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looking rather pinched with the cold, he took me
indoors and ordered a large glass of hot milk, which I
should be jolly glad of, he said, before the day was out.
The inn-parlour smelt of stale liquor, but 1 enjoyed
my glass of milk.

The meet itself was an intensified rendering of my
initiatory one. I was awed by my consciousness of
having come twelve miles from home. And the scene
was made significant by the phrase "one of their best
meets", in the light of that phrase everything ap-
peared a little larger than life: voices seemed louder,
coats a more raucous red, and the entire atmosphere
more acute with imminent jeopardy than at Finchurst
Green. Hard-bitten hunting men rattled up in gigs,
peeled off their outer coverings, and came straddling
along the crowded lane to look for their nags. Having
found them, they spoke in low tones to the groom and
swung themselves importantly into the saddle as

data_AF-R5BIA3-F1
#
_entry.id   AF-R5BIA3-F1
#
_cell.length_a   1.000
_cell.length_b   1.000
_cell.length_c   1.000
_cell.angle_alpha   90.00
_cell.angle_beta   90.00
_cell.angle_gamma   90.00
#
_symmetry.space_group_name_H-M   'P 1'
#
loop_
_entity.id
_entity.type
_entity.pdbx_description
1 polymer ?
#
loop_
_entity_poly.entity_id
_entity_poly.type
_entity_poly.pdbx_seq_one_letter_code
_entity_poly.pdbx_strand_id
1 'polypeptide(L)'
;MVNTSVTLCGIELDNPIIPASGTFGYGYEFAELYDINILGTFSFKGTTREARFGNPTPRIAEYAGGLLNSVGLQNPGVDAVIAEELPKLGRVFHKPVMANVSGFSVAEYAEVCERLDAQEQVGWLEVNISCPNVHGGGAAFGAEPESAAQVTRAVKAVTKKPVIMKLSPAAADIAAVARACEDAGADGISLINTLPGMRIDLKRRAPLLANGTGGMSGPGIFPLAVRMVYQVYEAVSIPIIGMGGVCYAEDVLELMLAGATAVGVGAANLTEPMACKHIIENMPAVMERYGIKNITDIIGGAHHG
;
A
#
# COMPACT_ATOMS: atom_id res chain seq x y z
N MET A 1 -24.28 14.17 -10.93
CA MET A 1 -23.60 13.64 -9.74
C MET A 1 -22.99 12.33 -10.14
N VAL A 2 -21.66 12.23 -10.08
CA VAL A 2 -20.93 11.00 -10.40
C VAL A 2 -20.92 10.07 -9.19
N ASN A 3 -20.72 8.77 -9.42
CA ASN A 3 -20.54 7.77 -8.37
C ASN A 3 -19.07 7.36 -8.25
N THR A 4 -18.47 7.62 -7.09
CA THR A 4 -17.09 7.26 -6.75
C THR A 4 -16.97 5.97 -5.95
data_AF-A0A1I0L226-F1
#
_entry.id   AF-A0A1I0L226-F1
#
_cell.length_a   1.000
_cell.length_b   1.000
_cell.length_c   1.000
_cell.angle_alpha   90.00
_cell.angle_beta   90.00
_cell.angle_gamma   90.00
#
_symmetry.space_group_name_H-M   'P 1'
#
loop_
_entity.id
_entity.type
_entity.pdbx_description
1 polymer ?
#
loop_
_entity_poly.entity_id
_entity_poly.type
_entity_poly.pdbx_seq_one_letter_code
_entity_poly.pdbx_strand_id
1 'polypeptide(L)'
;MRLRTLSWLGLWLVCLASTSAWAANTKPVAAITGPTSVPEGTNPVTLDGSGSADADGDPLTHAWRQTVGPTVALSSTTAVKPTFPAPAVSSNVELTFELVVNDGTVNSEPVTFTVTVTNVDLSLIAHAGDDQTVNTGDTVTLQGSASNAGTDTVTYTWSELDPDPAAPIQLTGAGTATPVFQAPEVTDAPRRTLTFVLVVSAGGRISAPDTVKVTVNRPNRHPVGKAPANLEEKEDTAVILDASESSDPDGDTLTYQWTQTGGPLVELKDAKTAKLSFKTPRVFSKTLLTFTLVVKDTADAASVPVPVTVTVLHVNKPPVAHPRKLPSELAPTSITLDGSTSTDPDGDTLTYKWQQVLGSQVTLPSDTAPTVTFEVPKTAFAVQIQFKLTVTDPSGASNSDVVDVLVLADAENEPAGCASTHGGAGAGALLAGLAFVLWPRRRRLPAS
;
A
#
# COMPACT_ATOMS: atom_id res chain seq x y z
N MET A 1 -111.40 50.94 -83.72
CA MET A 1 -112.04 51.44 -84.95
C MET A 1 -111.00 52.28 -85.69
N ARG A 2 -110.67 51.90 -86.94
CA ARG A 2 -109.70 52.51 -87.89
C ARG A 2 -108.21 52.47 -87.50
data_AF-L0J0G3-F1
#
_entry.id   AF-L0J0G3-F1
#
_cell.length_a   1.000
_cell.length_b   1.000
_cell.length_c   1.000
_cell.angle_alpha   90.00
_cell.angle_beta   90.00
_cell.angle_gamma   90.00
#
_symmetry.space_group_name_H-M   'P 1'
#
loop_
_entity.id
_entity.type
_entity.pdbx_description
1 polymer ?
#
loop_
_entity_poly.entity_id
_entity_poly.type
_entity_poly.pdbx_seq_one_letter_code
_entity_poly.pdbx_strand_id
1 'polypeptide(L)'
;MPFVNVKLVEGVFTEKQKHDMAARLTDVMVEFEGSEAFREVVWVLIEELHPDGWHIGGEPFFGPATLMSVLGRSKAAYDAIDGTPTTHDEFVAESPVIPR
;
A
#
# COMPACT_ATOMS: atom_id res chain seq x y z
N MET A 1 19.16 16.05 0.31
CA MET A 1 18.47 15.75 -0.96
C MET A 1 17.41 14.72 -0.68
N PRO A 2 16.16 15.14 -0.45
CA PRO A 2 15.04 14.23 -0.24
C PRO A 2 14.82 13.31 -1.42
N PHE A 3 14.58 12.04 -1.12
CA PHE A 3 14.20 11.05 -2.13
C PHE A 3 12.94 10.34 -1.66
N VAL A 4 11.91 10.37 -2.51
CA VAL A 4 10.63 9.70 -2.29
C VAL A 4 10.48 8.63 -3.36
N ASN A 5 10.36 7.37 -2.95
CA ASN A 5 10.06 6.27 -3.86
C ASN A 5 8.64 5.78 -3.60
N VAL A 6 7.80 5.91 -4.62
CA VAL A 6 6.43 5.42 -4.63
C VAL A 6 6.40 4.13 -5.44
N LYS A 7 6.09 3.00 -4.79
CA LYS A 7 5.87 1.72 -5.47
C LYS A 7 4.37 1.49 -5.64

though there were indeed some desperate business on
hand. . . .

Heron's Gate was a featureless wayside inn at the
foot of a green knoll, I had not yet caught a glimpse
of Denis when the procession moved away toward
Park Wood, but I looked upward and identified the
bulky black Windmill, which seemed to greet me with
a friendly wave of its sails, as much as to say, "Here I
am, you see—a lot bigger than they marked me on the
map!" The Windmill consoled me; it seemed less
inhuman, in its own way, than the brusque and
bristling riders around me. When we turned off the
road and got on to a sodden tussocked field, they all
began to be in a hurry; their horses bucked and
snorted and shook their heads as they shot past me—
the riders calling out to one another with uncouth
matutinal jocularities.